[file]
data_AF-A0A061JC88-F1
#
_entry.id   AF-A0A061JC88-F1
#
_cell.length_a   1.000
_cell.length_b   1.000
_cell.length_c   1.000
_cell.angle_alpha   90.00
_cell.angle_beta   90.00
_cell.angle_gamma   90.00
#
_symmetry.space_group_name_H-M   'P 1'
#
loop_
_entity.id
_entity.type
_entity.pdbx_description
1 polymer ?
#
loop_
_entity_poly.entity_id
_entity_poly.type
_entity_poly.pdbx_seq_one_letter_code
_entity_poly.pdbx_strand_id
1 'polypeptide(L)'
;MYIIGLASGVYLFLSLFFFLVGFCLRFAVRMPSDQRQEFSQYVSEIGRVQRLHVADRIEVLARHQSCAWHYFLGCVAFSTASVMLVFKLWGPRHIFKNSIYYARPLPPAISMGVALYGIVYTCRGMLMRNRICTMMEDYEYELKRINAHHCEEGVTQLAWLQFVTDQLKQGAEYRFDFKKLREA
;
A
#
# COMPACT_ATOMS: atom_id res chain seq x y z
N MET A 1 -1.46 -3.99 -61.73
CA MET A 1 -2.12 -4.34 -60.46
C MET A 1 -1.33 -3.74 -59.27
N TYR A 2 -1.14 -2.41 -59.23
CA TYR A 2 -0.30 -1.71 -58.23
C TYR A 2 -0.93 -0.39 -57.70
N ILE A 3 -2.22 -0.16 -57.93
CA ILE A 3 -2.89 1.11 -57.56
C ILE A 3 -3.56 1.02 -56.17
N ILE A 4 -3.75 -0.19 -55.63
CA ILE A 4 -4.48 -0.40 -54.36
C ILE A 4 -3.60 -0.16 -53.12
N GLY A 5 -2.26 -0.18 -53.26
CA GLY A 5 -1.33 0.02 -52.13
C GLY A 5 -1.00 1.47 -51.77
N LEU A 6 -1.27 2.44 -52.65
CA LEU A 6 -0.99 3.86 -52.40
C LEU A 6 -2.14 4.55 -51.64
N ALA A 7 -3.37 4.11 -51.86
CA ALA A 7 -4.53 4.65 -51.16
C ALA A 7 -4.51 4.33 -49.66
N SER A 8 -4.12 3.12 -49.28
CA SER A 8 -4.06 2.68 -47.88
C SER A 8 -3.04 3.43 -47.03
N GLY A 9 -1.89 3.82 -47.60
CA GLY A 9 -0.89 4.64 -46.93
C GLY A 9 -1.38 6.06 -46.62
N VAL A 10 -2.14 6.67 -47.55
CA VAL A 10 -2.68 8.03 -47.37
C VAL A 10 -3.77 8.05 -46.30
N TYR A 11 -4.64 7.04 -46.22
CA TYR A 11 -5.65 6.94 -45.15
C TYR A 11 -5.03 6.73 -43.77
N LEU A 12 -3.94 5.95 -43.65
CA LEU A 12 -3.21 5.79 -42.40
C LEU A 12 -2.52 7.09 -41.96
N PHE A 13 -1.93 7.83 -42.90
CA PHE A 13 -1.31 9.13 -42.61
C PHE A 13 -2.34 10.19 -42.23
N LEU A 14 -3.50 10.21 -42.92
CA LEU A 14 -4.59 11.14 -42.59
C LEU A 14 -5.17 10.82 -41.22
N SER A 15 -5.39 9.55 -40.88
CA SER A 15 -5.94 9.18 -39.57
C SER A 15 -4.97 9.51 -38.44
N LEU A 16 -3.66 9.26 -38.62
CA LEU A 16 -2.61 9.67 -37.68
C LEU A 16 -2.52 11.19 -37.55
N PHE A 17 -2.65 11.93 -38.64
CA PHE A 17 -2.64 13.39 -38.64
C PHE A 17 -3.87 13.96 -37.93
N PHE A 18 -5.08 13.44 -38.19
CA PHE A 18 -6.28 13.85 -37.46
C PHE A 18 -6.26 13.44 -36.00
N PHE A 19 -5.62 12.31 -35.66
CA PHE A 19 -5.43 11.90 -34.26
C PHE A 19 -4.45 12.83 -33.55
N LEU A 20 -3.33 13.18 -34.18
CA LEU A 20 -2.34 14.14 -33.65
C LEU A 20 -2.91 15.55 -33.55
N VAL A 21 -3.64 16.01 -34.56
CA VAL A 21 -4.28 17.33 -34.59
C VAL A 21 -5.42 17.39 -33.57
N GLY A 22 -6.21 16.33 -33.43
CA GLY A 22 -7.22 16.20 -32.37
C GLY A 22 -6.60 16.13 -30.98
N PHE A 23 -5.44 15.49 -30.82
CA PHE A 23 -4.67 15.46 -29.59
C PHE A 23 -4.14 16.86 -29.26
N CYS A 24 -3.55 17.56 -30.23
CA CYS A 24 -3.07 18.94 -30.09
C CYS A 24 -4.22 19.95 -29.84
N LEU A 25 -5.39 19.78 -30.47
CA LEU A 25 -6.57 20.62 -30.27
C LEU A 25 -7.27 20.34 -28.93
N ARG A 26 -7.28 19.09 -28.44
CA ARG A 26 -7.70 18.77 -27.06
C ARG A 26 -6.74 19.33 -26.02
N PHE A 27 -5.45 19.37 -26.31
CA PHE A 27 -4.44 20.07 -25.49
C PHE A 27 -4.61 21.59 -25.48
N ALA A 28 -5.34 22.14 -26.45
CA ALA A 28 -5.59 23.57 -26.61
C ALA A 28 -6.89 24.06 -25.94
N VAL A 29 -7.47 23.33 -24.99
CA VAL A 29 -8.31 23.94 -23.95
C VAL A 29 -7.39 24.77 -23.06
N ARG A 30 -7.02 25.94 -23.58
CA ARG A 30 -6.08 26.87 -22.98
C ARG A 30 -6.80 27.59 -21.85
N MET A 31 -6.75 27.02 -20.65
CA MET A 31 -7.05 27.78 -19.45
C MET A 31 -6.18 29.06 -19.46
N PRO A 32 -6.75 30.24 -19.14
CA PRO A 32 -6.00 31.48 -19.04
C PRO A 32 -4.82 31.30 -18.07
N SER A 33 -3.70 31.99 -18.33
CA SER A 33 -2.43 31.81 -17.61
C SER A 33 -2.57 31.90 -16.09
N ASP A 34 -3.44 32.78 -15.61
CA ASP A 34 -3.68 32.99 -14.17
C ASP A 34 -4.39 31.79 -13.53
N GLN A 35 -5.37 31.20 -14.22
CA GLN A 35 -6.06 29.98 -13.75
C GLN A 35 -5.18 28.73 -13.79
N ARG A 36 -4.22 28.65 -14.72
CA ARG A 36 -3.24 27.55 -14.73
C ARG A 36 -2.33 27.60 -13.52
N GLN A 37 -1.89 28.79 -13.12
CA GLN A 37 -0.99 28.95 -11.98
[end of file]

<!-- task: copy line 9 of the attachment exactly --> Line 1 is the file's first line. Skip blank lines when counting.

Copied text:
_cell.angle_beta   90.00